Sober Dating: The Art of Getting Back Out There Without the Booze

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If you’re in recovery, you probably know that the dating scene is challenging to navigate. As hard as it is to meet someone new, it can be even tougher to break the ice when you aren’t using alcohol. 

After all, how can you meet new people if not at a bar or a club? And how can you be honest about your sobriety with someone you’ve recently started dating? 

Below, this post covers how to make sober dating an easier process—including how to meet new people without alcohol, navigating sobriety with someone new, and alcohol-free date ideas that are (actually) a lot of fun.

The Benefits of Dating Sober

couple drinking coffee and cuddling day date
Photo by Uriel Mont on Pexels

Despite the fact that sober dating can sound terrifying, it can actually come with some pretty surprising benefits. And if you’ve always relied on drinking to connect with people in the past, you may even find that it feels relieving to date without it.

So, what can you expect when you start dating without alcohol? On the surface, you can get to know people in newer, more interesting spaces (like parks or museums) instead of at a bar. You’ll also get a better chance to show your potential love interest the real you—the way you truly talk, feel, and act when you’re sober. Plus, you can get a clear sense of how you feel about a person, without alcohol muddying your perceptions.

While many relationships start from physical attraction, a lasting relationship is built on honesty, trust, and open communication.1 And this all becomes simpler when you’re dating sober. Ultimately, it can help you more easily move on from people who may not be a great match for you, and allow you to spend more time pursuing relationships that align with your values.

Meeting New People Without Alcohol 

Many of us have hazy memories of meeting new love interests at house parties, bars, or clubs. Connecting with potential romantic partners just seemed natural when the booze was flowing. 

But when you make the lifestyle change of going sober, everything else changes, too—including how you meet new people. If you want to get back into the dating scene in recovery but aren’t sure where to start, we’ve got you covered.

Below are some tips for meeting new people after you’ve quit drinking.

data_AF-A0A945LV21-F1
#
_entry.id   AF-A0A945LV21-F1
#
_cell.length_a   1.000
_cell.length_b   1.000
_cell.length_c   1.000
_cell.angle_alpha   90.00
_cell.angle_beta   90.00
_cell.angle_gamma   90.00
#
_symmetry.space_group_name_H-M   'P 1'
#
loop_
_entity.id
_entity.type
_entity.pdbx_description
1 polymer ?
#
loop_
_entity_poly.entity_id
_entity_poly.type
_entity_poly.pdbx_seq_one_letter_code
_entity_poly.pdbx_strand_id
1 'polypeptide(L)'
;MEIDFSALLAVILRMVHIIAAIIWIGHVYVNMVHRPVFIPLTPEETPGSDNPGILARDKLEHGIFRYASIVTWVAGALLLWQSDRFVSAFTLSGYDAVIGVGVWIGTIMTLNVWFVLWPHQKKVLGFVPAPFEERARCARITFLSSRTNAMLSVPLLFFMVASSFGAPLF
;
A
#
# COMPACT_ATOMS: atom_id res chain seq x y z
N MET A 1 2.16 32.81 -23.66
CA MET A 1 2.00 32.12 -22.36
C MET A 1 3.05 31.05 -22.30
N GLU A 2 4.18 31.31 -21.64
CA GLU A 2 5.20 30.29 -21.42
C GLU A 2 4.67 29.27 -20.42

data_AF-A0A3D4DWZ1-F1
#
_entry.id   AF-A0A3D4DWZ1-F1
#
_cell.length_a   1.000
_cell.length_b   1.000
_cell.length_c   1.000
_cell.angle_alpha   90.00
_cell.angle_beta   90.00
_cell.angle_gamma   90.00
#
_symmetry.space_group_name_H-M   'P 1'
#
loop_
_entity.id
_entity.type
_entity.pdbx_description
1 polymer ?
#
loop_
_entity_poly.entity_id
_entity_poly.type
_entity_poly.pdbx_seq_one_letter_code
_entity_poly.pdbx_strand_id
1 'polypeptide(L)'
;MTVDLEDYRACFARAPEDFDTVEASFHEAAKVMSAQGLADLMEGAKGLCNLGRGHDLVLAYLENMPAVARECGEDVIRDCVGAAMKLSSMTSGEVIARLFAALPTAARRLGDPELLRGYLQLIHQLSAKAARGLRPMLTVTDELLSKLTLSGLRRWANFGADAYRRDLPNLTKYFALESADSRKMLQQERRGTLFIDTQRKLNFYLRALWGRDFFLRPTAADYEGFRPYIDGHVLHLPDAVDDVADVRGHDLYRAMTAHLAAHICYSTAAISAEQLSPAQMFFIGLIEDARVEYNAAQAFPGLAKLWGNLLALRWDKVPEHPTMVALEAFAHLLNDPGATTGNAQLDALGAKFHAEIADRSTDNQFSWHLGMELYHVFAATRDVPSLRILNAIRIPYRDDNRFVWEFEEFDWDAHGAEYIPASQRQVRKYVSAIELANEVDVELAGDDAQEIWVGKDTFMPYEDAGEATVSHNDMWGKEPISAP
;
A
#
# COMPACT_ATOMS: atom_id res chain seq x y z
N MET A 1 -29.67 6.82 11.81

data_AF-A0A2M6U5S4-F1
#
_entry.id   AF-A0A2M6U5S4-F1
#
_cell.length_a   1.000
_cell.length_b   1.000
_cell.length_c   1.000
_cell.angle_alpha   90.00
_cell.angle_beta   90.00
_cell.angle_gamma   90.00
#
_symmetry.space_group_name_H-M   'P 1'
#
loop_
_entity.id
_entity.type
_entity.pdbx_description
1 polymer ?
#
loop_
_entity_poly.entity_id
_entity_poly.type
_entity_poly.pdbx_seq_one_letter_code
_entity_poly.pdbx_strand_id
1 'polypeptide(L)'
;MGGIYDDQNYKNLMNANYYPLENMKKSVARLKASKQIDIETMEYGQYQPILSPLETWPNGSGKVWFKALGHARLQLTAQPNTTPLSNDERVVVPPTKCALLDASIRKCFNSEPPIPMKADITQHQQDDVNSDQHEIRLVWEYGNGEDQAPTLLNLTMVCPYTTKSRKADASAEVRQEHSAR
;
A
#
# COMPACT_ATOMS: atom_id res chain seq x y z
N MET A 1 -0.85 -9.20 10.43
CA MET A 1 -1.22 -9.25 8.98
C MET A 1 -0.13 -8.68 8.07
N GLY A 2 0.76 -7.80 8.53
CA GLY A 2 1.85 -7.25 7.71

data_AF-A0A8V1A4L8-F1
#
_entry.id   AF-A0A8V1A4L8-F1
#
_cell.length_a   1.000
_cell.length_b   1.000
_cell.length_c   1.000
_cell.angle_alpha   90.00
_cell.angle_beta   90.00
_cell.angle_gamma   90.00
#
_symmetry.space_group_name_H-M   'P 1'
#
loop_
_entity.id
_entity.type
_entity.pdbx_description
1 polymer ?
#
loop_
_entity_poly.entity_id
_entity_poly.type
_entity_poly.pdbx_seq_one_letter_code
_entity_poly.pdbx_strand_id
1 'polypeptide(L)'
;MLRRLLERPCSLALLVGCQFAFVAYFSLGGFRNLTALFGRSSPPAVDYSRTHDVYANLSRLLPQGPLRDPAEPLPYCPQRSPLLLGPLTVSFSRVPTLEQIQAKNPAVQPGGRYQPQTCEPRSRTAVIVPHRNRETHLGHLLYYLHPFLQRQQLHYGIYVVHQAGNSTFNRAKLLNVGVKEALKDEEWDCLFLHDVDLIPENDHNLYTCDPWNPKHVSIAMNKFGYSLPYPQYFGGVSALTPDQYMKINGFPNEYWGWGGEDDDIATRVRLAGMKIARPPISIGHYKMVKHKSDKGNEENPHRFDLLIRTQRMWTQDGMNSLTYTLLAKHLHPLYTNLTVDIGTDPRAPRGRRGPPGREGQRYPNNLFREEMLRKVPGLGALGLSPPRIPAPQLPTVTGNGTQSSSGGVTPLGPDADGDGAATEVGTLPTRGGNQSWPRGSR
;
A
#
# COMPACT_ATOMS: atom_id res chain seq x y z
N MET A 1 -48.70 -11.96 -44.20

You can still use dating apps

We know—dating apps can seem like the Wild West at times. But there are still some great people on them. Plus, you can get the whole “sober” conversation over with from the get-go, whether you place it in your bio or mention it early on in your chats.

Attend a meetup

On, you can find countless places to meet like-minded people near your city. No matter what you’re interested in, there are in-person and live events to discover others who share your hobbies.

Try out a class

Interested in learning to paint? Or trying martial arts? Taking on weekly classes has you regularly hanging out with other people interested in the same things as you. Who knows—you might just meet someone you have chemistry with. 

Meet mutual friends through non-drinking activities

Get your friends together to check out a new city, an escape room, or an amusement park, and invite them to bring some of their other friends along, too.

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Talking About Sobriety With Someone New

When it comes time to tell your date that you’re sober, it’s normal to feel nervous. But think of it this way: If they aren’t interested in you because of your sobriety, they probably aren’t someone you’ll want to keep in your life anyway.

In any case, here are some tips that can make it easier to talk about being alcohol-free with a new romantic interest:

man carrying woman on his back
Photo by Hoàng Chương on Pexels
  • Get it out of the way ahead of time. If the thought of introducing your sobriety in person is anxiety-inducing, make sure to give your date a heads-up about it before you meet. If a sober partner is a deal breaker for them (and if they’re a good match, it won’t be), then you can part ways before things go any further.